Will Target Be A Casualty Of Walmart's Price War?

Recent reports indicate that, when Walmart wants its market share back, it does not scale back the exuberance with which it is willing to pursue it. Walmart is cutting its prices as it aggressively moves to clawback market share from Target and various dollar stores nationwide — a price war that could cost its rivals $35 billion in business per year, according to a UBS research paper.

Dollar General has responded in kind, cutting its prices by as much as a full 10 percent to drive sales and keep foot traffic up, particularly among lower-income buyers.

Target, according to its CEO, will instead be moving to focus more on the "Expect More" part of its tagline, as opposed to the "Pay Less" half. But Target, UBS noted, could end up bearing most of the brunt of the price drop, since Target stores and Walmart stores are often in close proximity to each other and because Target was already having some trouble getting with the swing of the recovery.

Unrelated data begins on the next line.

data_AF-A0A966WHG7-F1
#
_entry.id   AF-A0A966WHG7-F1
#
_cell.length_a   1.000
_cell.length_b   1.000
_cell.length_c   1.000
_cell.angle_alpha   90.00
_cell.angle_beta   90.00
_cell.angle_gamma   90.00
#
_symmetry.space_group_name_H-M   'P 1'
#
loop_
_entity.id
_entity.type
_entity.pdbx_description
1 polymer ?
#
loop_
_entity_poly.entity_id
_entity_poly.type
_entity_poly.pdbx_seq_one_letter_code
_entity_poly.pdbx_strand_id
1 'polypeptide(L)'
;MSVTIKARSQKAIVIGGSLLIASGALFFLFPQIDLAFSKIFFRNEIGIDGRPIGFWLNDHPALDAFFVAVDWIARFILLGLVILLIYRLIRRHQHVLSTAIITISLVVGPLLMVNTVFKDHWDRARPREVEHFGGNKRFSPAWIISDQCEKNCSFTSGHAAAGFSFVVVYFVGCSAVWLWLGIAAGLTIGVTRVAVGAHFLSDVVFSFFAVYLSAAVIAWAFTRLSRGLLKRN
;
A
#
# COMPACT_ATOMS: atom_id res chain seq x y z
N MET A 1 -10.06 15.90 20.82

Target has tangled with Walmart in a price war before and lost — mostly because it had been insufficiently aware of just how much profit Walmart can afford to forgo to protect its market share. Target soon conceded defeat in this race to the bottom on price and resolved to find other ways to compete.

The "cheap chic" branding concept was born from there.

And these days, cheap chic is back, as Target tries to tap back into the last way it was able to outfox big blue.

“Price has emerged as a bigger-than-life issue that is enormously complicated," one analyst noted. "How do you put an assortment into a 200,000-square-foot plain vanilla box that is inviting, engaging and happy and makes you want to come back? You have to do it with merchandise and with merchandise presentation.”



The How We Shop Report, a PYMNTS collaboration with PayPal, aims to understand how consumers of all ages and incomes are shifting to shopping and paying online in the midst of the COVID-19 pandemic. Our research builds on a series of studies conducted since March, surveying more than 16,000 consumers on how their shopping habits and payments preferences are changing as the crisis continues. This report focuses on our latest survey of 2,163 respondents and examines how their increased appetite for online commerce and digital touchless methods, such as QR codes, contactless cards and digital wallets, is poised to shape the post-pandemic economy.

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